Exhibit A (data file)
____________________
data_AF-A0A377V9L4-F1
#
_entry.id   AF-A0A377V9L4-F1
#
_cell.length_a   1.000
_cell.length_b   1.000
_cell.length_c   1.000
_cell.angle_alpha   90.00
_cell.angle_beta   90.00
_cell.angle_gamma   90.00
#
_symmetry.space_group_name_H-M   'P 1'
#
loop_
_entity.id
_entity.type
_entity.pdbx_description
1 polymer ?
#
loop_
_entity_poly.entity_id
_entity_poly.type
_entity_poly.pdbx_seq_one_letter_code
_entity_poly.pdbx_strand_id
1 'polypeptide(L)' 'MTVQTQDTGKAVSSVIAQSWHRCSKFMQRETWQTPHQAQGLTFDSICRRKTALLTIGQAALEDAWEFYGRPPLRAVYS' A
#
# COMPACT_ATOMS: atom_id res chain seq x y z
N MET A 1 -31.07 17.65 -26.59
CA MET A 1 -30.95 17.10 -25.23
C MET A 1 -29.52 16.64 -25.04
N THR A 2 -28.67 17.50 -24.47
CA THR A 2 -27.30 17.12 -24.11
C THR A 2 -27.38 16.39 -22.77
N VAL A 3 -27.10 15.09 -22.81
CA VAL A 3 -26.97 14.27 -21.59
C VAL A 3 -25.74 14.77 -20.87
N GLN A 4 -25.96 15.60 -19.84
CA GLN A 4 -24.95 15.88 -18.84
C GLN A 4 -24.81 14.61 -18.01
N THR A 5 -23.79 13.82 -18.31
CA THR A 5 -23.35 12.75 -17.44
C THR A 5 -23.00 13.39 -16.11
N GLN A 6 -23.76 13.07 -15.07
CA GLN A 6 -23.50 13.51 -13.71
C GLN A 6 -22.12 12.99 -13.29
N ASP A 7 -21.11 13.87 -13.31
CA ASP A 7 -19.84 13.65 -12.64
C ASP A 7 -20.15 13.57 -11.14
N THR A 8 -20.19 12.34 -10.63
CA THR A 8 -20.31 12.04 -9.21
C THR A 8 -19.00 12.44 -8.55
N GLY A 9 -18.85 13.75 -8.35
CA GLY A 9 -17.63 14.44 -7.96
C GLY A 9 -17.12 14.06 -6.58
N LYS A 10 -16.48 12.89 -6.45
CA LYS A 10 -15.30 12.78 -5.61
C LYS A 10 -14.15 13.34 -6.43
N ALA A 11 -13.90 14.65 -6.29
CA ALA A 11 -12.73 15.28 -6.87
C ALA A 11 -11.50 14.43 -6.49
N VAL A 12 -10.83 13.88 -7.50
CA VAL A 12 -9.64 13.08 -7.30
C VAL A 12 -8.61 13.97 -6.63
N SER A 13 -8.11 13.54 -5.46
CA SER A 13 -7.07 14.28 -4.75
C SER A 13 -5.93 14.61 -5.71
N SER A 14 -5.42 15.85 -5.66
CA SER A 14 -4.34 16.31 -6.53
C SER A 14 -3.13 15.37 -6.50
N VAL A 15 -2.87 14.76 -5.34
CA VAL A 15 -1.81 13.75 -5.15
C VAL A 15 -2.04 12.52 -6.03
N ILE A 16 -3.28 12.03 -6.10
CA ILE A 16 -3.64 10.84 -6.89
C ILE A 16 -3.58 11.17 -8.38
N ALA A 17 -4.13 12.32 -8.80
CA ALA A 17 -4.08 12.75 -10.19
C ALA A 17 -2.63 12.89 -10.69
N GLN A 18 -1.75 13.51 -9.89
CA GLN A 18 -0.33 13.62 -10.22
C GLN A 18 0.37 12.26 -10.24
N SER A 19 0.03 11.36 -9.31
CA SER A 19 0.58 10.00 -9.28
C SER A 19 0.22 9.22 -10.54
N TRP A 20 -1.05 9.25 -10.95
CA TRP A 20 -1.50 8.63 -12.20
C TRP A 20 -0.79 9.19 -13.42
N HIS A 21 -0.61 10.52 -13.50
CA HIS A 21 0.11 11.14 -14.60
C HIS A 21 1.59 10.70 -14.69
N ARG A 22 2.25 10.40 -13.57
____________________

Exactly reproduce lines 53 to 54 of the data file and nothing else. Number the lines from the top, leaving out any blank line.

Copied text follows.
CA GLY A 9 -17.63 14.44 -7.96
C GLY A 9 -17.12 14.06 -6.58